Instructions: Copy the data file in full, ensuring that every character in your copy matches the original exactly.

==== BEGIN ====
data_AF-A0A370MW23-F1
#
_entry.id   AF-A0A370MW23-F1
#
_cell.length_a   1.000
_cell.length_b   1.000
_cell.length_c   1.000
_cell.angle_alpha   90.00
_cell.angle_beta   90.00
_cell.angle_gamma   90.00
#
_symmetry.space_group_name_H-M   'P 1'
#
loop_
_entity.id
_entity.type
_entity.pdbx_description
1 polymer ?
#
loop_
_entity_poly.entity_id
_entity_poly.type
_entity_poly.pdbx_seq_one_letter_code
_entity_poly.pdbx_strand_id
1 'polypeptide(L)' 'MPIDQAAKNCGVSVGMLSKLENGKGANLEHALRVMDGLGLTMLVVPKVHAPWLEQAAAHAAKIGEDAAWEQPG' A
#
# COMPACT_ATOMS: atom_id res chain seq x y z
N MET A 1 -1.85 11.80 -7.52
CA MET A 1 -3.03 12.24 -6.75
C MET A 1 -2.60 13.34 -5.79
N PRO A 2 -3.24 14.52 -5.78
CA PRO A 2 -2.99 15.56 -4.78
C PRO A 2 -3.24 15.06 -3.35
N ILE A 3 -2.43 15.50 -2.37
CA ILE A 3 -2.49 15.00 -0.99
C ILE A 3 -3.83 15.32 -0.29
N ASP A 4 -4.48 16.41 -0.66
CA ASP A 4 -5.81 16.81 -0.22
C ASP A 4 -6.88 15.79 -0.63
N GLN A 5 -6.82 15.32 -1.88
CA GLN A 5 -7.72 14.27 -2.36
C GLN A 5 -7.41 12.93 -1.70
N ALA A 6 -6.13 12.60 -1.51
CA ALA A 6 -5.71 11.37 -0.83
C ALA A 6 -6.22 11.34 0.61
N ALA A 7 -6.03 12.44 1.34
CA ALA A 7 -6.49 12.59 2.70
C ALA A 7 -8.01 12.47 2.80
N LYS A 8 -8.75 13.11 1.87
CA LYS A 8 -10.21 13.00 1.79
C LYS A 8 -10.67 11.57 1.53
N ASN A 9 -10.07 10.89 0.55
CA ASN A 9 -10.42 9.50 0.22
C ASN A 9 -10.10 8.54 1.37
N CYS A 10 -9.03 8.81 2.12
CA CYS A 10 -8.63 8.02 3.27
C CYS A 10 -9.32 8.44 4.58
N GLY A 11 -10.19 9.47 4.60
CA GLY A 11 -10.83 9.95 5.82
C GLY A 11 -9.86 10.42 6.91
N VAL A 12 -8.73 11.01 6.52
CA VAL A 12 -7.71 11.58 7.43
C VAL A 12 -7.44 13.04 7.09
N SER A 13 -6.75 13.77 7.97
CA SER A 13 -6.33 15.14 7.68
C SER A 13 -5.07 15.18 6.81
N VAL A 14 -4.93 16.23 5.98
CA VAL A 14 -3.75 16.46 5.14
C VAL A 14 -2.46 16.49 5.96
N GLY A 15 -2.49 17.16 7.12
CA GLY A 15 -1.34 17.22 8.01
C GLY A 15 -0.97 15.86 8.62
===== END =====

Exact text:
data_AF-A0A370MW23-F1
#
_entry.id   AF-A0A370MW23-F1
#
_cell.length_a   1.000
_cell.length_b   1.000
_cell.length_c   1.000
_cell.angle_alpha   90.00
_cell.angle_beta   90.00
_cell.angle_gamma   90.00
#
_symmetry.space_group_name_H-M   'P 1'
#
loop_
_entity.id
_entity.type
_entity.pdbx_description
1 polymer ?
#
loop_
_entity_poly.entity_id
_entity_poly.type
_entity_poly.pdbx_seq_one_letter_code
_entity_poly.pdbx_strand_id
1 'polypeptide(L)' 'MPIDQAAKNCGVSVGMLSKLENGKGANLEHALRVMDGLGLTMLVVPKVHAPWLEQAAAHAAKIGEDAAWEQPG' A
#
# COMPACT_ATOMS: atom_id res chain seq x y z
N MET A 1 -1.85 11.80 -7.52
CA MET A 1 -3.03 12.24 -6.75
C MET A 1 -2.60 13.34 -5.79
N PRO A 2 -3.24 14.52 -5.78
CA PRO A 2 -2.99 15.56 -4.78
C PRO A 2 -3.24 15.06 -3.35
N ILE A 3 -2.43 15.50 -2.37
CA ILE A 3 -2.49 15.00 -0.99
C ILE A 3 -3.83 15.32 -0.29
N ASP A 4 -4.48 16.41 -0.66
CA ASP A 4 -5.81 16.81 -0.22
C ASP A 4 -6.88 15.79 -0.63
N GLN A 5 -6.82 15.32 -1.88
CA GLN A 5 -7.72 14.27 -2.36
C GLN A 5 -7.41 12.93 -1.70
N ALA A 6 -6.13 12.60 -1.51
CA ALA A 6 -5.71 11.37 -0.83
C ALA A 6 -6.22 11.34 0.61
N ALA A 7 -6.03 12.44 1.34
CA ALA A 7 -6.49 12.59 2.70
C ALA A 7 -8.01 12.47 2.80
N LYS A 8 -8.75 13.11 1.87
CA LYS A 8 -10.21 13.00 1.79
C LYS A 8 -10.67 11.57 1.53
N ASN A 9 -10.07 10.89 0.55
CA ASN A 9 -10.42 9.50 0.22
C ASN A 9 -10.10 8.54 1.37
N CYS A 10 -9.03 8.81 2.12
CA CYS A 10 -8.63 8.02 3.27
C CYS A 10 -9.32 8.44 4.58
N GLY A 11 -10.19 9.47 4.60
CA GLY A 11 -10.83 9.95 5.82
C GLY A 11 -9.86 10.42 6.91
N VAL A 12 -8.73 11.01 6.52
CA VAL A 12 -7.71 11.58 7.43
C VAL A 12 -7.44 13.04 7.09
N SER A 13 -6.75 13.77 7.97
CA SER A 13 -6.33 15.14 7.68
C SER A 13 -5.07 15.18 6.81
N VAL A 14 -4.93 16.23 5.98
CA VAL A 14 -3.75 16.46 5.14
C VAL A 14 -2.46 16.49 5.96
N GLY A 15 -2.49 17.16 7.12
CA GLY A 15 -1.34 17.22 8.01
C GLY A 15 -0.97 15.86 8.62